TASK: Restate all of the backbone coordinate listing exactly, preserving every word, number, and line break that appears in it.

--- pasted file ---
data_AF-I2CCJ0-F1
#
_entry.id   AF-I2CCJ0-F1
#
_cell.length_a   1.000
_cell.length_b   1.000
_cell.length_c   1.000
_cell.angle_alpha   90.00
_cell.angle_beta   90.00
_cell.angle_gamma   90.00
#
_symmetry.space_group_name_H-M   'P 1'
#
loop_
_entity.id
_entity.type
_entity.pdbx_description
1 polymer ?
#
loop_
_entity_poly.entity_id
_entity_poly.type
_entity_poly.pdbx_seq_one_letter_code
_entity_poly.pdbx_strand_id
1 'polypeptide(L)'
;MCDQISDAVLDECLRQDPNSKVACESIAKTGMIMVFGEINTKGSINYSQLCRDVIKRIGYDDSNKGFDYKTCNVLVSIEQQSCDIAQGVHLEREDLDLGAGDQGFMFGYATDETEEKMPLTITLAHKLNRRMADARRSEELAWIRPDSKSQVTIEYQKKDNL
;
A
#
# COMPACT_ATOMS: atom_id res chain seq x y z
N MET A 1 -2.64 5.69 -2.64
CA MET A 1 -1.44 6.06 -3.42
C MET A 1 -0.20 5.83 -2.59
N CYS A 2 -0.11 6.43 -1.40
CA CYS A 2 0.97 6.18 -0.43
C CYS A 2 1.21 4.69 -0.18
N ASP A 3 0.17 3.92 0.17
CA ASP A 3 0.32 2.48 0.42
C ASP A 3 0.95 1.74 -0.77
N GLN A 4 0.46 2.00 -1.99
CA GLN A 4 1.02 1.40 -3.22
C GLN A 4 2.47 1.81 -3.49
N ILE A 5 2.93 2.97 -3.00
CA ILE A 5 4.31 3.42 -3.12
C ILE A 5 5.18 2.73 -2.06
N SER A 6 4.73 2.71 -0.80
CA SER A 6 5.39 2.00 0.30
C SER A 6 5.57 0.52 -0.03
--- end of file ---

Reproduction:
data_AF-I2CCJ0-F1
#
_entry.id   AF-I2CCJ0-F1
#
_cell.length_a   1.000
_cell.length_b   1.000
_cell.length_c   1.000
_cell.angle_alpha   90.00
_cell.angle_beta   90.00
_cell.angle_gamma   90.00
#
_symmetry.space_group_name_H-M   'P 1'
#
loop_
_entity.id
_entity.type
_entity.pdbx_description
1 polymer ?
#
loop_
_entity_poly.entity_id
_entity_poly.type
_entity_poly.pdbx_seq_one_letter_code
_entity_poly.pdbx_strand_id
1 'polypeptide(L)'
;MCDQISDAVLDECLRQDPNSKVACESIAKTGMIMVFGEINTKGSINYSQLCRDVIKRIGYDDSNKGFDYKTCNVLVSIEQQSCDIAQGVHLEREDLDLGAGDQGFMFGYATDETEEKMPLTITLAHKLNRRMADARRSEELAWIRPDSKSQVTIEYQKKDNL
;
A
#
# COMPACT_ATOMS: atom_id res chain seq x y z
N MET A 1 -2.64 5.69 -2.64
CA MET A 1 -1.44 6.06 -3.42
C MET A 1 -0.20 5.83 -2.59
N CYS A 2 -0.11 6.43 -1.40
CA CYS A 2 0.97 6.18 -0.43
C CYS A 2 1.21 4.69 -0.18
N ASP A 3 0.17 3.92 0.17
CA ASP A 3 0.32 2.48 0.42
C ASP A 3 0.95 1.74 -0.77
N GLN A 4 0.46 2.00 -1.99
CA GLN A 4 1.02 1.40 -3.22
C GLN A 4 2.47 1.81 -3.49
N ILE A 5 2.93 2.97 -3.00
CA ILE A 5 4.31 3.42 -3.12
C ILE A 5 5.18 2.73 -2.06
N SER A 6 4.73 2.71 -0.80
CA SER A 6 5.39 2.00 0.30
C SER A 6 5.57 0.52 -0.03